Dog drive nets hunter’s best buck
Jamie Corley of Pelion, S.C. killed a Savannah River Site giant buck while on a dog drive on Nov. 22. The 17-point buck has been green scored at 165 net inches. It is the biggest deer Corley has ever killed.
This was an organized draw hunt that Corley was invited to just a day or two before the event. The organizers dropped the hunters off around 7:30 a.m at safe distances from each other. At 8 a.m., the hunters loaded their firearms and began waiting for the dogs to push deer their way. At 8:47 a.m., Corley shot his prized buck. But he almost didn’t even look in that direction when he first heard the animal.
“I’d been hearing pine cones dropping off the trees all morning. And I heard what sounded like another one falling. But I looked over that way, and the deer was standing there. I could only see the back half of its body. The front half was behind a tree. I got my gun up, because even if it was a doe, I was going to shoot it. Then it stepped out from behind the tree about 75 yards away from me,” said Corley. He pulled the trigger on his Benelli 12-gauge shotgun.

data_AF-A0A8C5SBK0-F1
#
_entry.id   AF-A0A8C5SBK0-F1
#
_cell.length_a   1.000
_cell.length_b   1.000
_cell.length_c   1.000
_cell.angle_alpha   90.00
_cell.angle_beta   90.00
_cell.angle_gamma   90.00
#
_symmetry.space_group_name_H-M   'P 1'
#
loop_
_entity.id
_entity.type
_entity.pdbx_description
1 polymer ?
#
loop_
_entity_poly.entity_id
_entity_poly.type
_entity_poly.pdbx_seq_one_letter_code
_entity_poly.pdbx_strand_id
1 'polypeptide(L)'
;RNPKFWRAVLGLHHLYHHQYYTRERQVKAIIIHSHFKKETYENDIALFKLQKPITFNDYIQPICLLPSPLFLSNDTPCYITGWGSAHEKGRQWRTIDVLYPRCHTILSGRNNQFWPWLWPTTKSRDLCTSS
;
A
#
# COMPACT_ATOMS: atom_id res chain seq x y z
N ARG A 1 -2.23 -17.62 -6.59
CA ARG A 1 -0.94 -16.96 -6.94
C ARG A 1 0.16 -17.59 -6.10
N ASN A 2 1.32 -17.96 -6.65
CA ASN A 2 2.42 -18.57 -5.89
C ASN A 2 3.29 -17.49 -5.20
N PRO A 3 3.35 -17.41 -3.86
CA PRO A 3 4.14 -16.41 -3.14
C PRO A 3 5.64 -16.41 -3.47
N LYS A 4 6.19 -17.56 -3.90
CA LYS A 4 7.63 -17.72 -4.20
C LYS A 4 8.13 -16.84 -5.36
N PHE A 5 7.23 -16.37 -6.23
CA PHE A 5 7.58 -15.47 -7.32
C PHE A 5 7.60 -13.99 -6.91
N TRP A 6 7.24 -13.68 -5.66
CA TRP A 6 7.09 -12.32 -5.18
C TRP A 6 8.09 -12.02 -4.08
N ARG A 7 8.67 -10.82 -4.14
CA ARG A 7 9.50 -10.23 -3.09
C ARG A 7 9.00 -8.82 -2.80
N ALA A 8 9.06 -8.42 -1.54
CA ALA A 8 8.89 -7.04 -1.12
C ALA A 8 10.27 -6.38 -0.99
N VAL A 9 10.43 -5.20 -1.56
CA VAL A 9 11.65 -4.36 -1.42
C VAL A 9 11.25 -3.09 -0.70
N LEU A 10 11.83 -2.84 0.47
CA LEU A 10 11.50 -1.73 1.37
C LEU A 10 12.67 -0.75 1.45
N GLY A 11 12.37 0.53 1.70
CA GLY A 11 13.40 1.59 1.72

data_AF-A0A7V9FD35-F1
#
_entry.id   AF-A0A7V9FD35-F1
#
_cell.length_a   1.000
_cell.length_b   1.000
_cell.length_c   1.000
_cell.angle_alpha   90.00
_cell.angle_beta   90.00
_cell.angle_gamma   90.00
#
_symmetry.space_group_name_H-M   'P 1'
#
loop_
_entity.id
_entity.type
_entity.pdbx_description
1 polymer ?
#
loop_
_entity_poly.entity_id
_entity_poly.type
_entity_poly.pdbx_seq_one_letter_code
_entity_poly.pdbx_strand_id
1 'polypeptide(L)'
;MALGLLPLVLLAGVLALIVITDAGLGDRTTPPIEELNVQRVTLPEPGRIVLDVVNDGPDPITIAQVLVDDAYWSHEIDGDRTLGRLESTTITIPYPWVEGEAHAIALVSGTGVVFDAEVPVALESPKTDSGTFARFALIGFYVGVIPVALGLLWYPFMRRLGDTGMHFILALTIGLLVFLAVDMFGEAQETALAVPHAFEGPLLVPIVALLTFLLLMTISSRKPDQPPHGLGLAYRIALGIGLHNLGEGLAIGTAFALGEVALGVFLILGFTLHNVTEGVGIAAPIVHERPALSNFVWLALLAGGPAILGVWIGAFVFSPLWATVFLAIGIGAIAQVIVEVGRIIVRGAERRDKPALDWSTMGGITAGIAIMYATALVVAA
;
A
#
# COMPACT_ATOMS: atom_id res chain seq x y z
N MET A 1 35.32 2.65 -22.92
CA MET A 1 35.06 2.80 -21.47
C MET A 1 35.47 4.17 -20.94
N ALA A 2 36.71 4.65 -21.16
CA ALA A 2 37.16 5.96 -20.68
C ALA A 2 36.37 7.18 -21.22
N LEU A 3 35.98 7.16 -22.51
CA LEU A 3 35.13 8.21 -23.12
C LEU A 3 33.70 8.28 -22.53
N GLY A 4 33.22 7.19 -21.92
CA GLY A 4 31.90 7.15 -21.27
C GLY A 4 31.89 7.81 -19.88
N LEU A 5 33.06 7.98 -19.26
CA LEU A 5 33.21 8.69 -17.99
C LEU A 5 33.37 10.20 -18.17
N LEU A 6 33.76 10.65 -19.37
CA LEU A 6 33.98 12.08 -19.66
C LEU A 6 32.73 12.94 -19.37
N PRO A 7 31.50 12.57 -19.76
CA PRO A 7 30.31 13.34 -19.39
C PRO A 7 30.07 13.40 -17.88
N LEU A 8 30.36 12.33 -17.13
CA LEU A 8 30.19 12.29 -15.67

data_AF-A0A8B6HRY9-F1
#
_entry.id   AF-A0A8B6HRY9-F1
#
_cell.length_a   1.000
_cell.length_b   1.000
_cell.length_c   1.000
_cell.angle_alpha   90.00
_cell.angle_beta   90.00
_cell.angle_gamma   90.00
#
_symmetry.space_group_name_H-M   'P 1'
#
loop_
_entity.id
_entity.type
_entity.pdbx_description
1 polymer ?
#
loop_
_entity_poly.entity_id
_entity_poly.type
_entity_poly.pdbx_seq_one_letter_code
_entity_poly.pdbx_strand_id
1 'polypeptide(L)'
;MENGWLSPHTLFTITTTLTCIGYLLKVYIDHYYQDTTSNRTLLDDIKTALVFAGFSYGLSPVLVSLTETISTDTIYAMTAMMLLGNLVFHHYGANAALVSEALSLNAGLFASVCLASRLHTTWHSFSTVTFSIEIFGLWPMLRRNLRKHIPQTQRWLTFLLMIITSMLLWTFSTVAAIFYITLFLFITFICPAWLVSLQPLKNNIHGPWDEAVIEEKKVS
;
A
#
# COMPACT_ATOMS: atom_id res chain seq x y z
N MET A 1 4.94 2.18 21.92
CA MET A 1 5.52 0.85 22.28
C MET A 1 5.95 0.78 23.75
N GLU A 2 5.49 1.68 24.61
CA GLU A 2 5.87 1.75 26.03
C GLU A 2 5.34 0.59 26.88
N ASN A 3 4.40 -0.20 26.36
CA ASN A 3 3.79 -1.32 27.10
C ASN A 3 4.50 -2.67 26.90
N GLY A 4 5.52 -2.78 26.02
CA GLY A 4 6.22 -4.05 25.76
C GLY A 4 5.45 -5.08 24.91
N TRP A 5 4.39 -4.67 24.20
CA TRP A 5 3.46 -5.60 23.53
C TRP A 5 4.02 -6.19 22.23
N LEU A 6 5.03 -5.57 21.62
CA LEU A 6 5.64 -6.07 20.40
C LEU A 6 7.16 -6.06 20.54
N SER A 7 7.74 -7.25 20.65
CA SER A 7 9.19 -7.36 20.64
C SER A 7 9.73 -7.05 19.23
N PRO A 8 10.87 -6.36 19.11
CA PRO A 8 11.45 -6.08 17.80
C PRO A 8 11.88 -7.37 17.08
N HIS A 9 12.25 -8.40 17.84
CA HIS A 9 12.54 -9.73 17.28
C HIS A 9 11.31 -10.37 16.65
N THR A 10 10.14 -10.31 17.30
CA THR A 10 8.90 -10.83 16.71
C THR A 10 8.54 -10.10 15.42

The deer fell, then took off running toward the hunter, who shot it again. And again. The deer finally fell for good. And it wasn’t until Corley walked up to the buck that he realized how big it was.
Icing on the cake
“It all happened so fast, all I could tell at first is that it was a buck. I thought it was a nice buck, but I had no idea it was that nice until I walked up and put my hands on it. I just started shaking then. I’d never seen anything like that before,” he said.
Still hearing the dogs run, Corley tried hard to keep his eyes off the massive rack of the buck he’d just killed, and on the woods around him. Each hunter was allowed to kill two deer on this hunt. And even though he couldn’t have been happier with what he’d already gotten, he wasn’t against getting another for stocking the freezer.
“About 20 minutes later, I killed another one. This one was a 7-pointer, and was a little bit bigger in the body than the 17-pointer,” he said.
The Savannah River Site is not open to the general public for hunting, but they hold several draw hunts there each year. Corley’s advice to anyone that gets an invite for a draw hunt is to definitely do it.
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